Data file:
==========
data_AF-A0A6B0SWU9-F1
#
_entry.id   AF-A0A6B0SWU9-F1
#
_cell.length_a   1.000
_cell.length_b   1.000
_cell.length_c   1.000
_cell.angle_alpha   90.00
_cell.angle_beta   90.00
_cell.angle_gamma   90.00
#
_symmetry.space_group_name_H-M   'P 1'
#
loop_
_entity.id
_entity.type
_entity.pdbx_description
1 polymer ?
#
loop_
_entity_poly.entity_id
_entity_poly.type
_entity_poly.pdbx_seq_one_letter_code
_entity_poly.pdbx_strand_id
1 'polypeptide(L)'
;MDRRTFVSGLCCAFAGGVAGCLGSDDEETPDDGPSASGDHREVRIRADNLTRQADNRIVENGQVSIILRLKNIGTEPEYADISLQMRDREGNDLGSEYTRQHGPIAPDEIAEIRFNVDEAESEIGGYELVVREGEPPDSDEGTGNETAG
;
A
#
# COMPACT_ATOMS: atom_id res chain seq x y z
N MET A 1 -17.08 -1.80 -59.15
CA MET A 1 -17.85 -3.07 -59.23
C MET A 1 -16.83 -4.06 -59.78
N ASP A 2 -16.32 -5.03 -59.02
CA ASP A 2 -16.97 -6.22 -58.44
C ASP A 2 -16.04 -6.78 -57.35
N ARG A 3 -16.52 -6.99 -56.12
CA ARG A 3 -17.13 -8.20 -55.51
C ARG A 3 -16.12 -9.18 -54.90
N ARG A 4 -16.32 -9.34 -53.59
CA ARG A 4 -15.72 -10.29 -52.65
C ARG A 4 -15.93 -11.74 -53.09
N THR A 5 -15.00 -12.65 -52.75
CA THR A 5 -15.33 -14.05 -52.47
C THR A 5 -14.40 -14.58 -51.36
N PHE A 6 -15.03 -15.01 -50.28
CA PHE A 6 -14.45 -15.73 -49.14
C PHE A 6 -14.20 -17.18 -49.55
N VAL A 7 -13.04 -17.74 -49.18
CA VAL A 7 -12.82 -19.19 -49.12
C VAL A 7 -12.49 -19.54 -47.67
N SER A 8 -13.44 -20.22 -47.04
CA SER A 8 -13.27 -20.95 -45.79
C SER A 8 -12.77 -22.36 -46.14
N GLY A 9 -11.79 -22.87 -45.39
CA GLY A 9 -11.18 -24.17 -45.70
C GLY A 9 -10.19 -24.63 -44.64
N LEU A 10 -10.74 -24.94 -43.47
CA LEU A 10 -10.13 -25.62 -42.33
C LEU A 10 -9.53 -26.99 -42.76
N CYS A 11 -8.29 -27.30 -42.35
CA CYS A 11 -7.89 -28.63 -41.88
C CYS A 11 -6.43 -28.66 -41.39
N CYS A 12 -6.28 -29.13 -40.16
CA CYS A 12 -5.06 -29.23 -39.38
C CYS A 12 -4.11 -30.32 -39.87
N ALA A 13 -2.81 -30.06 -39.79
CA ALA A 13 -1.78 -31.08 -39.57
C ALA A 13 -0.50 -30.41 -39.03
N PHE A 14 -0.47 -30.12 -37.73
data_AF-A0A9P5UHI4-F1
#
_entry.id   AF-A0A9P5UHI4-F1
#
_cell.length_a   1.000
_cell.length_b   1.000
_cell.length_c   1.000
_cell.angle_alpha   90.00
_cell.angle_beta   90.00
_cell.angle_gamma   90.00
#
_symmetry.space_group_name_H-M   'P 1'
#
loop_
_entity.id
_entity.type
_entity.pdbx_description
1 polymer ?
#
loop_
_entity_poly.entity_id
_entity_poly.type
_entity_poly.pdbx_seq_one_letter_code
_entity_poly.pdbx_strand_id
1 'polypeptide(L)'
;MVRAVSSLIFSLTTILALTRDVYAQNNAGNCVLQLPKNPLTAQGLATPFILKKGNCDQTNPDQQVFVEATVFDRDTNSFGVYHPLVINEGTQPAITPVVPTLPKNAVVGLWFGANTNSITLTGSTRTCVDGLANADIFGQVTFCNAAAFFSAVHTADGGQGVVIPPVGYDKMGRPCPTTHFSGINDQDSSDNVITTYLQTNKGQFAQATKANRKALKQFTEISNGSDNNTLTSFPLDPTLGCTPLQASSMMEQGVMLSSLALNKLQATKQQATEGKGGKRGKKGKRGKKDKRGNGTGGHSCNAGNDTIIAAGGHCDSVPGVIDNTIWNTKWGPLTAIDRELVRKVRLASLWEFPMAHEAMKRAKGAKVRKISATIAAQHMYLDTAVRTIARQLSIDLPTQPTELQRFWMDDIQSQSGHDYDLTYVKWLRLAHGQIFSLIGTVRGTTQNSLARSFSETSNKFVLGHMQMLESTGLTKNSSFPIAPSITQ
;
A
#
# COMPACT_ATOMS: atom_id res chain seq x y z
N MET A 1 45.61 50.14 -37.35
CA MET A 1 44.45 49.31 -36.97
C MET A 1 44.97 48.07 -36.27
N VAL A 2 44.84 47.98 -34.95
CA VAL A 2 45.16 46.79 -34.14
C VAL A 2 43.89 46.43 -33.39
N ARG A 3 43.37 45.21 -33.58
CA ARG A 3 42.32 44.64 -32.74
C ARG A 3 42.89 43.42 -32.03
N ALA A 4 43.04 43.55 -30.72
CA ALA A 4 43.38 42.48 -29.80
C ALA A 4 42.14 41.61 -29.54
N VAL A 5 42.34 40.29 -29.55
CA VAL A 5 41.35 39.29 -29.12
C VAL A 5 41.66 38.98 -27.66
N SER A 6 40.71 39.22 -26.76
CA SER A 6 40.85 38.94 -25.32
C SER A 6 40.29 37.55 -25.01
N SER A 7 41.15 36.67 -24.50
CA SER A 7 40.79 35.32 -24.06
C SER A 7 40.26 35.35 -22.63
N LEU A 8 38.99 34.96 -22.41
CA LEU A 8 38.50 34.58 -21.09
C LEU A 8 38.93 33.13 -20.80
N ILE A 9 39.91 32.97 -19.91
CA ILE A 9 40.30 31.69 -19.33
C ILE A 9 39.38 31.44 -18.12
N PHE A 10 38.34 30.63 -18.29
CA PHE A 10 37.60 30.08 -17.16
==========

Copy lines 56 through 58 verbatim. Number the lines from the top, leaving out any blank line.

CA GLY A 9 -11.18 -24.17 -45.70
C GLY A 9 -10.19 -24.63 -44.64
N LEU A 10 -10.74 -24.94 -43.47